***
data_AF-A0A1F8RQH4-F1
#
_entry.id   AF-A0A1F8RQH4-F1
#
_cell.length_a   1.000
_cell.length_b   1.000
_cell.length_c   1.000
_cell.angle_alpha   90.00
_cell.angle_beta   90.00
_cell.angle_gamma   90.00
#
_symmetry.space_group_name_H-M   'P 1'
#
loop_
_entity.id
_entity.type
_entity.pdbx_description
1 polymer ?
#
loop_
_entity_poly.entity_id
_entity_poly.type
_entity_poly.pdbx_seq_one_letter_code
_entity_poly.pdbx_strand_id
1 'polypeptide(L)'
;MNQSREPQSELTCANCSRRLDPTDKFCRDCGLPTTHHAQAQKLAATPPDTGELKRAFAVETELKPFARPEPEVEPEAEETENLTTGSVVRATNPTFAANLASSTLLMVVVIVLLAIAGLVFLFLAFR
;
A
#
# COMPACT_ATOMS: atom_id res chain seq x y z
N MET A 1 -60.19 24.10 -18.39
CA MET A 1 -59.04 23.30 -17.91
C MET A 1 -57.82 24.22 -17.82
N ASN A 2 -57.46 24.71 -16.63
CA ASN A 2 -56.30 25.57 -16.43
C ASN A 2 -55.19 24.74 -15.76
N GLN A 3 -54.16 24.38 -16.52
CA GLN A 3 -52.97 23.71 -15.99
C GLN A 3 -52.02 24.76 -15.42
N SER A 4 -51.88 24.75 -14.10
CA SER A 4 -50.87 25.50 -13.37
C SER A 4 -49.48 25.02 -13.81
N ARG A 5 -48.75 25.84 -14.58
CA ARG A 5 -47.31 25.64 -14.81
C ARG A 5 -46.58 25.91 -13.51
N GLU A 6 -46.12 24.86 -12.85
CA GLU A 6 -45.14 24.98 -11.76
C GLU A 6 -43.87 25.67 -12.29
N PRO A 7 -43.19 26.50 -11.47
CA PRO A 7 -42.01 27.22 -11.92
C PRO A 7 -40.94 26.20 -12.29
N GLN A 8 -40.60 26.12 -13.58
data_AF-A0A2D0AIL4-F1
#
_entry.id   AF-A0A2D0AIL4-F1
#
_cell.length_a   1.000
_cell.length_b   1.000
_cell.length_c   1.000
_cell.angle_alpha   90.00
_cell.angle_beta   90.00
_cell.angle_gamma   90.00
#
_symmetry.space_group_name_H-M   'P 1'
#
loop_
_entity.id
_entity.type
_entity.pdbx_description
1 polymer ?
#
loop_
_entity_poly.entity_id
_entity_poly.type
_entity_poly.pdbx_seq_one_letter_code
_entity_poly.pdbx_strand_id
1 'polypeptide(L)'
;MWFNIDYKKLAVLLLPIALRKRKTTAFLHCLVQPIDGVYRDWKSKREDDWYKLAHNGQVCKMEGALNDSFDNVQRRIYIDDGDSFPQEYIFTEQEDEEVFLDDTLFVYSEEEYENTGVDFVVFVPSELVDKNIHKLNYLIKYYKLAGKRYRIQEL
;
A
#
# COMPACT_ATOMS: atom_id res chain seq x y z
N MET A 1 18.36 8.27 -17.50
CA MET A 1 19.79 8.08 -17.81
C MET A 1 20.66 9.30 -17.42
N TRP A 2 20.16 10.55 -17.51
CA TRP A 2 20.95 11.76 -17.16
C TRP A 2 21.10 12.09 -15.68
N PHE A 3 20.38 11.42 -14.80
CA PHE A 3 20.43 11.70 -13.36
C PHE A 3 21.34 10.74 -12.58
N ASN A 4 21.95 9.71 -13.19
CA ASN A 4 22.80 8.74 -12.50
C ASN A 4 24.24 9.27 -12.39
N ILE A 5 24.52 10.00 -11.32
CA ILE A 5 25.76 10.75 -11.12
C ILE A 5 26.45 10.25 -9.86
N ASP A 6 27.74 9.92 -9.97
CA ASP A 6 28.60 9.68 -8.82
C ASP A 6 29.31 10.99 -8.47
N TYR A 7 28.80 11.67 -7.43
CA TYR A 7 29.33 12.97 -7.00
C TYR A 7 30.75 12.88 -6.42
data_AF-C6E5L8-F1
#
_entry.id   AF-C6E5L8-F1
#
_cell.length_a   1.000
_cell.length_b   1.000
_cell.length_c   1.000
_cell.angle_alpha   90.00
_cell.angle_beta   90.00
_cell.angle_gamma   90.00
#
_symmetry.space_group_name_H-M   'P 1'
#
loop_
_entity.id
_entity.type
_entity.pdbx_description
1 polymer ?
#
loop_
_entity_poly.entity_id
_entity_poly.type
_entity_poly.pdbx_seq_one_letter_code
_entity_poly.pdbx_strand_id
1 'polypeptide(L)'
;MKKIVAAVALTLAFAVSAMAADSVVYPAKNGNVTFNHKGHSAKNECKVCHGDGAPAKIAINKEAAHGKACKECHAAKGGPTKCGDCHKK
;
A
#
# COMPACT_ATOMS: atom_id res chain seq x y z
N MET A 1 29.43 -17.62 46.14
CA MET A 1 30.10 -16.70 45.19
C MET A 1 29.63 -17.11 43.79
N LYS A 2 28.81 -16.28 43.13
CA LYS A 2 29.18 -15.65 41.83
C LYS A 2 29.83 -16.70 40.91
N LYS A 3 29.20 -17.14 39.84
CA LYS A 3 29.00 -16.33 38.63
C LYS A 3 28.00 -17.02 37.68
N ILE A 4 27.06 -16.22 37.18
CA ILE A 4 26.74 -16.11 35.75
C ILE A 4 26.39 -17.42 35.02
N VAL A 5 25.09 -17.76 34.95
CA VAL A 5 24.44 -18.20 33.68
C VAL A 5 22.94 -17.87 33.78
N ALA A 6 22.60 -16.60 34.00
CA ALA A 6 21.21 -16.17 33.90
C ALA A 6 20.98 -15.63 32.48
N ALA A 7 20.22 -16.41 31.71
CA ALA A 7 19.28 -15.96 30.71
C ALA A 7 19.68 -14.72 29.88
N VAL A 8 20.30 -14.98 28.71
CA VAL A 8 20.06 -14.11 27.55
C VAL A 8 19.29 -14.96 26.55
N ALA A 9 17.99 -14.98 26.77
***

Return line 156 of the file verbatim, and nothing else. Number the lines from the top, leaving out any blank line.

CA VAL A 8 20.06 -14.11 27.55